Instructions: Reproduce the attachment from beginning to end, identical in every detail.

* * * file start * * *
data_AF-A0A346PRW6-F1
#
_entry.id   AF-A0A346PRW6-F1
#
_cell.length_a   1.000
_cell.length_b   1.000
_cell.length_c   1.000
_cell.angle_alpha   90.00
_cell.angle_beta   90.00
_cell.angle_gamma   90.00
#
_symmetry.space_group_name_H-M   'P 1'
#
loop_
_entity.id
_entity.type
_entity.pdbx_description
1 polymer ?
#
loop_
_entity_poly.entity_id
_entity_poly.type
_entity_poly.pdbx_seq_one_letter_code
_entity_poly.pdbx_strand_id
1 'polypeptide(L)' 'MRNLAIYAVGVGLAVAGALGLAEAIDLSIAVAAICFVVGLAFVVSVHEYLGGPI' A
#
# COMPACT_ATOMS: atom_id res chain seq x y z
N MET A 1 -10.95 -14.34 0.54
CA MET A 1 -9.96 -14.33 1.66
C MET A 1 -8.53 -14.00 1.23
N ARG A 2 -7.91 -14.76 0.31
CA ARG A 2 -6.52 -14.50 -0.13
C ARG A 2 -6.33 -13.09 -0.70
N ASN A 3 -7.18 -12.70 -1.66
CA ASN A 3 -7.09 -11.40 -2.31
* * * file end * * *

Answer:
data_AF-A0A346PRW6-F1
#
_entry.id   AF-A0A346PRW6-F1
#
_cell.length_a   1.000
_cell.length_b   1.000
_cell.length_c   1.000
_cell.angle_alpha   90.00
_cell.angle_beta   90.00
_cell.angle_gamma   90.00
#
_symmetry.space_group_name_H-M   'P 1'
#
loop_
_entity.id
_entity.type
_entity.pdbx_description
1 polymer ?
#
loop_
_entity_poly.entity_id
_entity_poly.type
_entity_poly.pdbx_seq_one_letter_code
_entity_poly.pdbx_strand_id
1 'polypeptide(L)' 'MRNLAIYAVGVGLAVAGALGLAEAIDLSIAVAAICFVVGLAFVVSVHEYLGGPI' A
#
# COMPACT_ATOMS: atom_id res chain seq x y z
N MET A 1 -10.95 -14.34 0.54
CA MET A 1 -9.96 -14.33 1.66
C MET A 1 -8.53 -14.00 1.23
N ARG A 2 -7.91 -14.76 0.31
CA ARG A 2 -6.52 -14.50 -0.13
C ARG A 2 -6.33 -13.09 -0.70
N ASN A 3 -7.18 -12.70 -1.66
CA ASN A 3 -7.09 -11.40 -2.31